Independence Through Pot Lids
Before the Revolutionary War there had already been many skirmishes with the British. There was the Boston Massacre, the Boston Tea Party, the battles of Lexington and Concord, and the battle of Bunker Hill. The townspeople of Salisbury, Massachusetts sought fit to support the cause six weeks before the Declaration of Independence was read on the steps of the State House with their own declaration of support.
According to town records, "It was voted that if the honourable Congress, that for the safety of the said colonies declare them independent of the Kingdom of Great Britain, they will solemnly engage with their lives and fortunes to support them in the measure."
|Photo: Doug Peabody|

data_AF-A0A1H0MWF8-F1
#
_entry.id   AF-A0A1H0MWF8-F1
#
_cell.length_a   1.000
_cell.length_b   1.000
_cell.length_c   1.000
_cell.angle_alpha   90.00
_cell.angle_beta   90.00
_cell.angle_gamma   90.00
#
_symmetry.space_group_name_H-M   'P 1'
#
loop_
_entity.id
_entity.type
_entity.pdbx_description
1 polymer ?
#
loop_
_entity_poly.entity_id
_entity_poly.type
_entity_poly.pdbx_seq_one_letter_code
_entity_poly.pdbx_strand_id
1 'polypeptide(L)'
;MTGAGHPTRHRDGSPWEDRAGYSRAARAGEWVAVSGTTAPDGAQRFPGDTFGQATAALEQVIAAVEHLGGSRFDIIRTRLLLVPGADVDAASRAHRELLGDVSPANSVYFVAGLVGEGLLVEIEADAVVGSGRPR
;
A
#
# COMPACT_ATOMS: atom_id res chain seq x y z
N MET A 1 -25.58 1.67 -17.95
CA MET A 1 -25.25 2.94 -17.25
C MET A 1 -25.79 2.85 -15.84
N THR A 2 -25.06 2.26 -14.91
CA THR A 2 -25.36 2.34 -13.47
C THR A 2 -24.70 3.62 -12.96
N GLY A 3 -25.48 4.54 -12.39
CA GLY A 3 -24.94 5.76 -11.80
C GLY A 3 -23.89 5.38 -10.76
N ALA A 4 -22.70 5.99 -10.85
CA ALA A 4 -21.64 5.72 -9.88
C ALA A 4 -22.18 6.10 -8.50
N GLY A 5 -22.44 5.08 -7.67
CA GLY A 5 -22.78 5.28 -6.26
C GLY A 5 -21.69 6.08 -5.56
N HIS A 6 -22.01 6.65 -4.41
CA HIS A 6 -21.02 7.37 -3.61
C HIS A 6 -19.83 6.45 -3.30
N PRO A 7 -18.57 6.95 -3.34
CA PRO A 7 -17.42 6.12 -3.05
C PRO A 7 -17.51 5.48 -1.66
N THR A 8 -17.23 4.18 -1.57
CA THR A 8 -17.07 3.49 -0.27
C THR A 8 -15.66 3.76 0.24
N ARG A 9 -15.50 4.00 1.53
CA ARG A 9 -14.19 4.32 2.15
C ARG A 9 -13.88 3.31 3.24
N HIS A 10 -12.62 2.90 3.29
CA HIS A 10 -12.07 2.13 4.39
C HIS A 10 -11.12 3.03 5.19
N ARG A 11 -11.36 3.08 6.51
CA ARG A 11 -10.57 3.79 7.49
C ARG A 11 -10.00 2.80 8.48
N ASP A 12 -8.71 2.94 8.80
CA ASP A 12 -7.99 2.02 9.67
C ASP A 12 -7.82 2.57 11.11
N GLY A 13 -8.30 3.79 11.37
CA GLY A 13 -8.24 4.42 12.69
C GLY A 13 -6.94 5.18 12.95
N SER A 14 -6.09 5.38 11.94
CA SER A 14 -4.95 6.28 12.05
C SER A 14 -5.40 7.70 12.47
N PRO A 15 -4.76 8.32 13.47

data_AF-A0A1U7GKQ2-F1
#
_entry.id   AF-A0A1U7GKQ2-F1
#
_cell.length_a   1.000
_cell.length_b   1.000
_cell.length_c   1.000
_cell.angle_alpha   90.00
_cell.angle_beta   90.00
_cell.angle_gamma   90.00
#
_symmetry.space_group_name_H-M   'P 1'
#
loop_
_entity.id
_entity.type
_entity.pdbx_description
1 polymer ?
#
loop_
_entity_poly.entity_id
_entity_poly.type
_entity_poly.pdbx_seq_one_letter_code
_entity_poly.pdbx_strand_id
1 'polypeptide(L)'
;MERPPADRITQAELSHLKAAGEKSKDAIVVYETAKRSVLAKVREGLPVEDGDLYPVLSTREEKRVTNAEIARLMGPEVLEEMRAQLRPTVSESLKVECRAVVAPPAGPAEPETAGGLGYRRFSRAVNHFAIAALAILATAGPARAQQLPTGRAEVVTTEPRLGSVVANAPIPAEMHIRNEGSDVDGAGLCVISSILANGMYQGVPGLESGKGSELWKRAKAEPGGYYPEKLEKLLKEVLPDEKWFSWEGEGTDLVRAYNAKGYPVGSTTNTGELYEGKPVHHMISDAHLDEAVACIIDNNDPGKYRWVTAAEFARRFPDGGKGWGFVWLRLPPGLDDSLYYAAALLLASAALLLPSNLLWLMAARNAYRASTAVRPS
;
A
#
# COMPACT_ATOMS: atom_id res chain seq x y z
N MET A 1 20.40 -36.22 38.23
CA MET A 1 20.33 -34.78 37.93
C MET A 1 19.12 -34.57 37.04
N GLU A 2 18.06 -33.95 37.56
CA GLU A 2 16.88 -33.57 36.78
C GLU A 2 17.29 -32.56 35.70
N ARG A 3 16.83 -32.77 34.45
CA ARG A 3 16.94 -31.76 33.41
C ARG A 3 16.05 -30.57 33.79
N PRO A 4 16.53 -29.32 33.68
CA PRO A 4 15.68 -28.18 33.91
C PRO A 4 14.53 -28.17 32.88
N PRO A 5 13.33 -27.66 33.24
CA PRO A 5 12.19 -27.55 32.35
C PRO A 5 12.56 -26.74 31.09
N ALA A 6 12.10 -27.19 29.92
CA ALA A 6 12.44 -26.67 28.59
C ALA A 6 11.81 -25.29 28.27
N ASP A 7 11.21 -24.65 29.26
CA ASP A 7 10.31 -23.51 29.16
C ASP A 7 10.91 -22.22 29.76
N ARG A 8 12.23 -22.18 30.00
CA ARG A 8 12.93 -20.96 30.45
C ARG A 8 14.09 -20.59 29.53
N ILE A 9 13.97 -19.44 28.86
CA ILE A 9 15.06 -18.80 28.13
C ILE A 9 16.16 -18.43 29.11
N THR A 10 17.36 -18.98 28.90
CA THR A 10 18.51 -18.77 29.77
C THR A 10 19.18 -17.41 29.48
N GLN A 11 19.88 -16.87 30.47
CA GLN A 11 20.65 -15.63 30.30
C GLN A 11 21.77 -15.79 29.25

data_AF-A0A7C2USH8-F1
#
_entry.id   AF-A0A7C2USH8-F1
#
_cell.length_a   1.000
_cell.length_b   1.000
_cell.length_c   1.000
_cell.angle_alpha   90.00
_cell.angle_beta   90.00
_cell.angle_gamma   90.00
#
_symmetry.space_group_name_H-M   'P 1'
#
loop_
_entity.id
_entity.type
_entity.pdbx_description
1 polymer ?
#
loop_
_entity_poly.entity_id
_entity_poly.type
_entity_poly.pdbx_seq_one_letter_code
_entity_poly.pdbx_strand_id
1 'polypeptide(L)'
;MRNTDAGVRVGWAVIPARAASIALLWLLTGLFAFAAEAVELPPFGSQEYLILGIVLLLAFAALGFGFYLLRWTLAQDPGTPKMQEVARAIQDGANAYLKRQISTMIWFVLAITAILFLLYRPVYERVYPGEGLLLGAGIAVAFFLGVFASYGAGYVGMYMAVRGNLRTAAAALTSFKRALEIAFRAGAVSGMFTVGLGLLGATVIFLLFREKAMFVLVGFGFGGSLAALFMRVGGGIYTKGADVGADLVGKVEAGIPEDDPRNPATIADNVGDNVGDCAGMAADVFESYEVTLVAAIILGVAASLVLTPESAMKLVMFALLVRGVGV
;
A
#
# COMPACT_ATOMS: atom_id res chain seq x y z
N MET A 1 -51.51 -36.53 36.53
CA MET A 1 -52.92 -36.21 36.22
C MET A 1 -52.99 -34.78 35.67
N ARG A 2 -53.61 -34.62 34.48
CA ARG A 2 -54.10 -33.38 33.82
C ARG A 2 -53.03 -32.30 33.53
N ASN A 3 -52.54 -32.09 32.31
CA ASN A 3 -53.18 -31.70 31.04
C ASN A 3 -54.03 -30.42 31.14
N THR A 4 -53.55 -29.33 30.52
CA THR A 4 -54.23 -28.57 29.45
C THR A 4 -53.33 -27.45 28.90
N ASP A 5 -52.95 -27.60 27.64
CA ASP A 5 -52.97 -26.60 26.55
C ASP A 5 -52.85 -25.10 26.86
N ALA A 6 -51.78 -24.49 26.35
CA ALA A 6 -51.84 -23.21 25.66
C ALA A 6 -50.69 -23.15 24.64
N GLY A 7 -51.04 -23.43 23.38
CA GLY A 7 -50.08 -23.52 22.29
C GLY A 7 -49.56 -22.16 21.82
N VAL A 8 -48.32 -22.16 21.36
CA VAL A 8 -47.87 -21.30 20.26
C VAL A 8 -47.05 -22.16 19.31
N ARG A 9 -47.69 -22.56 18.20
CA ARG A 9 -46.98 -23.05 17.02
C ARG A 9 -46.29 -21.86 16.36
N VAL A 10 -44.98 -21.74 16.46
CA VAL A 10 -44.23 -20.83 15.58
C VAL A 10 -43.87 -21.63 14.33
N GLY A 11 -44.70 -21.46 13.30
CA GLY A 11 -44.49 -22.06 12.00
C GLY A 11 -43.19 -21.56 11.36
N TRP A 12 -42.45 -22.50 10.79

The Revolutionary War may have been fought by men but colonial women had just as an important role as the soldiers. According to tradition, the women of Salisbury brought their pewter ware to the common, to melt down into musket balls.
All colonial settlements set aside an area known as a town common. They were used as a "common" area to graze sheep and cattle until fields could be cleared. Commons were also a central area the people used for meetings. On the Salisbury Common were a meeting house, court house, and garrison house. The common was also a parade ground the local militia used for drills.
This old postcard above shows the monument when it was new, on Pot Lid Square, a small park in the town center. The stone was once an old meeting house stepping stone. The lower photo shows the same monument today with a lovely weathered look of lichen and green patina on bronze.